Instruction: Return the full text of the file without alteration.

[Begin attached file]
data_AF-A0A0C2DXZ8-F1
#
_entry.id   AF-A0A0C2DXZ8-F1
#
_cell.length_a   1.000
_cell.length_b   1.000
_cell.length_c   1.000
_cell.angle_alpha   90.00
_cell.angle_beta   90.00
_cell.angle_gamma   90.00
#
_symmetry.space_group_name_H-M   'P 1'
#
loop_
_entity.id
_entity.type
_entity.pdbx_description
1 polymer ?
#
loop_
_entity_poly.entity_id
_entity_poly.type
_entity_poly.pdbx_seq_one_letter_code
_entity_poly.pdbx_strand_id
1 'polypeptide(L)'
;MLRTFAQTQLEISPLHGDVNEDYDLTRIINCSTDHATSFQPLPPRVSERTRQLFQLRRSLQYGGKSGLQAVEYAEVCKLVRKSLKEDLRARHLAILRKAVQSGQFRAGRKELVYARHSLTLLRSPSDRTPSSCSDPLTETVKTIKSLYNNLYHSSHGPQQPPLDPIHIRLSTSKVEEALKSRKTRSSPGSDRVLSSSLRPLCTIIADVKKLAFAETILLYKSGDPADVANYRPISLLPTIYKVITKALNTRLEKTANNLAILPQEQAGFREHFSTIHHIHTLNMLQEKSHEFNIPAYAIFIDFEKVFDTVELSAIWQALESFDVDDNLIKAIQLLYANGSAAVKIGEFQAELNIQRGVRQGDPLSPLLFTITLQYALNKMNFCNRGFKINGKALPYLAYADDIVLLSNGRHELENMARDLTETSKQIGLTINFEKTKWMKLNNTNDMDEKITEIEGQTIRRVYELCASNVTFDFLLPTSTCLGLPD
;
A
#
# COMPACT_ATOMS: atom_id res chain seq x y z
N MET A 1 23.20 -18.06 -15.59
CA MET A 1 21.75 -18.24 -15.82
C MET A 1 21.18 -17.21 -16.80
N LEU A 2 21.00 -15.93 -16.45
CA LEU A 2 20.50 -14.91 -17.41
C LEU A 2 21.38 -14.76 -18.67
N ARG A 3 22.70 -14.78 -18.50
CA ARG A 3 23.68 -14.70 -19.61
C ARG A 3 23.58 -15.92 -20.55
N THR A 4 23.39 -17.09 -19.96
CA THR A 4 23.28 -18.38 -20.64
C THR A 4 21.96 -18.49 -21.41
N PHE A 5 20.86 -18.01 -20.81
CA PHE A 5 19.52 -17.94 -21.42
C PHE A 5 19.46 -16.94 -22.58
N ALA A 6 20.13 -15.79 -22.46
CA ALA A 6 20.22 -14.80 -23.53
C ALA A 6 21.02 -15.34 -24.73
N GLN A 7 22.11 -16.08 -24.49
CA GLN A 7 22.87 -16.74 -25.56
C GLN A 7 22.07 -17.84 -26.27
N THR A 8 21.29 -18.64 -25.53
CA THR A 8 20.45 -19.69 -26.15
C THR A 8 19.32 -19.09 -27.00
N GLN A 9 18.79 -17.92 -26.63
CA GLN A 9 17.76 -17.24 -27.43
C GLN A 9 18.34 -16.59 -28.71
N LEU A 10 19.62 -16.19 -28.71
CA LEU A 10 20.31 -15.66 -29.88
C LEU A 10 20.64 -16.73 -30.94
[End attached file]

data_AF-A0A0C2DXZ8-F1
#
_entry.id   AF-A0A0C2DXZ8-F1
#
_cell.length_a   1.000
_cell.length_b   1.000
_cell.length_c   1.000
_cell.angle_alpha   90.00
_cell.angle_beta   90.00
_cell.angle_gamma   90.00
#
_symmetry.space_group_name_H-M   'P 1'
#
loop_
_entity.id
_entity.type
_entity.pdbx_description
1 polymer ?
#
loop_
_entity_poly.entity_id
_entity_poly.type
_entity_poly.pdbx_seq_one_letter_code
_entity_poly.pdbx_strand_id
1 'polypeptide(L)'
;MLRTFAQTQLEISPLHGDVNEDYDLTRIINCSTDHATSFQPLPPRVSERTRQLFQLRRSLQYGGKSGLQAVEYAEVCKLVRKSLKEDLRARHLAILRKAVQSGQFRAGRKELVYARHSLTLLRSPSDRTPSSCSDPLTETVKTIKSLYNNLYHSSHGPQQPPLDPIHIRLSTSKVEEALKSRKTRSSPGSDRVLSSSLRPLCTIIADVKKLAFAETILLYKSGDPADVANYRPISLLPTIYKVITKALNTRLEKTANNLAILPQEQAGFREHFSTIHHIHTLNMLQEKSHEFNIPAYAIFIDFEKVFDTVELSAIWQALESFDVDDNLIKAIQLLYANGSAAVKIGEFQAELNIQRGVRQGDPLSPLLFTITLQYALNKMNFCNRGFKINGKALPYLAYADDIVLLSNGRHELENMARDLTETSKQIGLTINFEKTKWMKLNNTNDMDEKITEIEGQTIRRVYELCASNVTFDFLLPTSTCLGLPD
;
A
#
# COMPACT_ATOMS: atom_id res chain seq x y z
N MET A 1 23.20 -18.06 -15.59
CA MET A 1 21.75 -18.24 -15.82
C MET A 1 21.18 -17.21 -16.80
N LEU A 2 21.00 -15.93 -16.45
CA LEU A 2 20.50 -14.91 -17.41
C LEU A 2 21.38 -14.76 -18.67
N ARG A 3 22.70 -14.78 -18.50
CA ARG A 3 23.68 -14.70 -19.61
C ARG A 3 23.58 -15.92 -20.55
N THR A 4 23.39 -17.09 -19.96
CA THR A 4 23.28 -18.38 -20.64
C THR A 4 21.96 -18.49 -21.41
N PHE A 5 20.86 -18.01 -20.81
CA PHE A 5 19.52 -17.94 -21.42
C PHE A 5 19.46 -16.94 -22.58
N ALA A 6 20.13 -15.79 -22.46
CA ALA A 6 20.22 -14.80 -23.53
C ALA A 6 21.02 -15.34 -24.73
N GLN A 7 22.11 -16.08 -24.49
CA GLN A 7 22.87 -16.74 -25.56
C GLN A 7 22.07 -17.84 -26.27
N THR A 8 21.29 -18.64 -25.53
CA THR A 8 20.45 -19.69 -26.15
C THR A 8 19.32 -19.09 -27.00
N GLN A 9 18.79 -17.92 -26.63
CA GLN A 9 17.76 -17.24 -27.43
C GLN A 9 18.34 -16.59 -28.71
N LEU A 10 19.62 -16.19 -28.71
CA LEU A 10 20.31 -15.66 -29.88
C LEU A 10 20.64 -16.73 -30.94